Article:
Raithby by Spilsby

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Raithby
Holy Trinity, Raithby-by-Spilsby - geograph.org.uk - 105630.jpg
Holy Trinity Church, Raithby
Raithby is located in Lincolnshire
Raithby
Raithby
 Raithby shown within Lincolnshire
Population 134 (2001)
OS grid reference TF372671
   – London 115 mi (185 km)  S
District East Lindsey
Shire county Lincolnshire
Region East Midlands
Country England
Sovereign state United Kingdom
Post town Spilsby
Postcode district PE23
Police Lincolnshire
Fire Lincolnshire
Ambulance East Midlands
EU Parliament East Midlands
UK Parliament Louth and Horncastle
List of places
UK
England
Lincolnshire

Coordinates: 53°11′03″N 0°03′09″E / 53.184116°N 0.052608°E / 53.184116; 0.052608

Raithby is a village and civil parish in the East Lindsey district of Lincolnshire, England. It is situated about 2 miles (3.2 km) north-west from the town of Spilsby.

Raithby has associations with founder of Methodism, John Wesley, and the Victorian architect, George Gilbert Scott.

The Greenwich Prime Zero meridian line passes through the village.

History[edit]

Raithby is listed in the 1086 Domesday Book as "Radebi", with 26 households a mill and a church.[1]

The parish church is a Grade II* listed building[2] dating from the 12th century, although it was largely rebuilt in 1873 by Sir George Gilbert Scott. The chancel was enlarged in 1886 by Temple Moore, and the tower renewed by Hodgson Fowler in 1895.[3] The lychgate is Grade II listed and dates from 1907. It was dedicated to the memory of Sophy Janet Rawnsley, of Raithby Hall.[4] In the grounds of the churchyard is a stone cross, mostly dating from 1903 but using part of an earlier shaft. The old base is not used and lies 6 feet (1.8 m) away.[5][6]

The red-brick Raithby Hall was the seat of the Brackenbur and Rawnsley families, built around 1760 for Robert Carr Brackenbury and extended in 1848 and 1873 by Sir George Gilbert Scott. It is now an old peoples home, and is Grade II listed.[7]

This village played an important role in the spread of Methodism in Lincolnshire. After visiting Raithby in 1788, John Wesley, the founder of Methodism, declared it ‘an earthly paradise’.[8] Raithby contains one of the oldest Methodist chapels in England, and one of the few surviving chapels opened by John Wesley. Raithby Chapel was built over a stable block in the grounds of Raithy Hall in 1779 by Robert Carr Brackenbury, and was dedicated by John Wesley on 5 July 1779. It is a Grade I listed building.[9][10]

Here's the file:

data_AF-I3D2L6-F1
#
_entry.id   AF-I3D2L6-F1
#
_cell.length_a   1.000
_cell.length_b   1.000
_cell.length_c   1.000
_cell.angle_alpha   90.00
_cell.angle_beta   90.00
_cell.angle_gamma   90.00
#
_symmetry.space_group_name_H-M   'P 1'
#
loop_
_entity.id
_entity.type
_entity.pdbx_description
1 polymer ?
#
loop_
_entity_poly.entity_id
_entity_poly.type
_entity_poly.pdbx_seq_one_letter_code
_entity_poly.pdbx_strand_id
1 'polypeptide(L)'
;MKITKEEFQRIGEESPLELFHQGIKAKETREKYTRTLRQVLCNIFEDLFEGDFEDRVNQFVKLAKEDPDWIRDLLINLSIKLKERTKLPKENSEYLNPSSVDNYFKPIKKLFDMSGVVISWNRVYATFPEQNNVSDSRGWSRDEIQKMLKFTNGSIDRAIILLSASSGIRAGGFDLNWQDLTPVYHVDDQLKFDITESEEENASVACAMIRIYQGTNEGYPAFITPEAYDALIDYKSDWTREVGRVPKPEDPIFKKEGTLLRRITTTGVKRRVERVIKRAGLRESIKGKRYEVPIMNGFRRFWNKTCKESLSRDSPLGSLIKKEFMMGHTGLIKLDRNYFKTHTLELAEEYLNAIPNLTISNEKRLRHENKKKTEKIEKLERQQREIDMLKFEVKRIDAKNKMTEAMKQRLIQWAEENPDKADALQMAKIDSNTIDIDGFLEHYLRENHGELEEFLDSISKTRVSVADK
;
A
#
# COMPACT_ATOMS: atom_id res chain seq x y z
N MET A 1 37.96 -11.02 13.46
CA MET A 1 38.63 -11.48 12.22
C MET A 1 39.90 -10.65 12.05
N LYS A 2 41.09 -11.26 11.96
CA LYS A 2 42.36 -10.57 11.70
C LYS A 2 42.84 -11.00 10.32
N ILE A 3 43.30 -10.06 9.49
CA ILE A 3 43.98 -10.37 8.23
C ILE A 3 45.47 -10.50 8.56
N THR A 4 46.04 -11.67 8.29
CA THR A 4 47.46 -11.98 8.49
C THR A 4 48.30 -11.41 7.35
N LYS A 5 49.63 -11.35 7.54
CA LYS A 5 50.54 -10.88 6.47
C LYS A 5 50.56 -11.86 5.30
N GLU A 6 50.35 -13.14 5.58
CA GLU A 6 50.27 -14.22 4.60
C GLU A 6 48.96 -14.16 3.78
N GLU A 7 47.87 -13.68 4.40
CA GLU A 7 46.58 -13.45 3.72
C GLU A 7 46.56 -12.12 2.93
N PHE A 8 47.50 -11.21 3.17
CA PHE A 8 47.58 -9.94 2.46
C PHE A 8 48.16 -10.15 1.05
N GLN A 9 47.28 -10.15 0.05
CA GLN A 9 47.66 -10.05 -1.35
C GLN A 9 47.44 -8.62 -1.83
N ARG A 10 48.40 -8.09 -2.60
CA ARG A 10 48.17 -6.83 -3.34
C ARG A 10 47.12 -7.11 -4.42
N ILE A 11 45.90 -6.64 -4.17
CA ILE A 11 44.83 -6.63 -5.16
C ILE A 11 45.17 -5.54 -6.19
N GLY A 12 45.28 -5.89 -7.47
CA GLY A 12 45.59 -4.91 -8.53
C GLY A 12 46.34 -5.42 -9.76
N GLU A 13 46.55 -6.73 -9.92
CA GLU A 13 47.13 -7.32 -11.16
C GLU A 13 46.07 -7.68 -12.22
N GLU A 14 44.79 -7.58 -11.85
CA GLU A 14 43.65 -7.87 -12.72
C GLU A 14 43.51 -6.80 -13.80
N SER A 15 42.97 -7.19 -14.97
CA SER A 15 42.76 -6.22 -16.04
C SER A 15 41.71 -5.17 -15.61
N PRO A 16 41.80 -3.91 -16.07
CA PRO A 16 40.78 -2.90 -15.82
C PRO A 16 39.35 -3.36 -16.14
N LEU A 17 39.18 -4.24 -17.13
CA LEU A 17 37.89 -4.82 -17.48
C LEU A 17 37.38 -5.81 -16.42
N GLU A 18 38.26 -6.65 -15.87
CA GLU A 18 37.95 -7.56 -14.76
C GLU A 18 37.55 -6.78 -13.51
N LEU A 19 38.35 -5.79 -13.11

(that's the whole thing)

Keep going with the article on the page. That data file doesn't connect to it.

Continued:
The children of Raithby were served by a village school from 1668 when Thomas Lawford founded a Free School where children from Raithby, Mavis Enderby, Hundleby and Sausthorpe were educated.[11] The school was rebuilt in 1866 to hold 45 pupils. By the 1870s it was known as Raithby and Mavis Enderby School, and Raithby and Enderby CE School by 1925. It closed on 21 December 1949.[12]

Community[edit]

Raithby is situated 29 miles (47 km) from Lincoln, and around 12 miles (19 km) from the market town of Horncastle, the "gateway to the Wolds". It is also 14 miles (23 km) north-west from the coastal resort of Skegness. Nearby attractions include the birthplaces of Alfred, Lord Tennyson at Somersby, and explorer Sir John Franklin at Spilsby.

The mid-18th-century Grade II listed Red Lion Inn is the village public house.[13][14]

Raithby is served by the Interconnet 6 bus service runs which runs from Lincoln Central bus station to Skegness. The bus stops outside the Red Lion pub.[15]

References[edit]

External links[edit]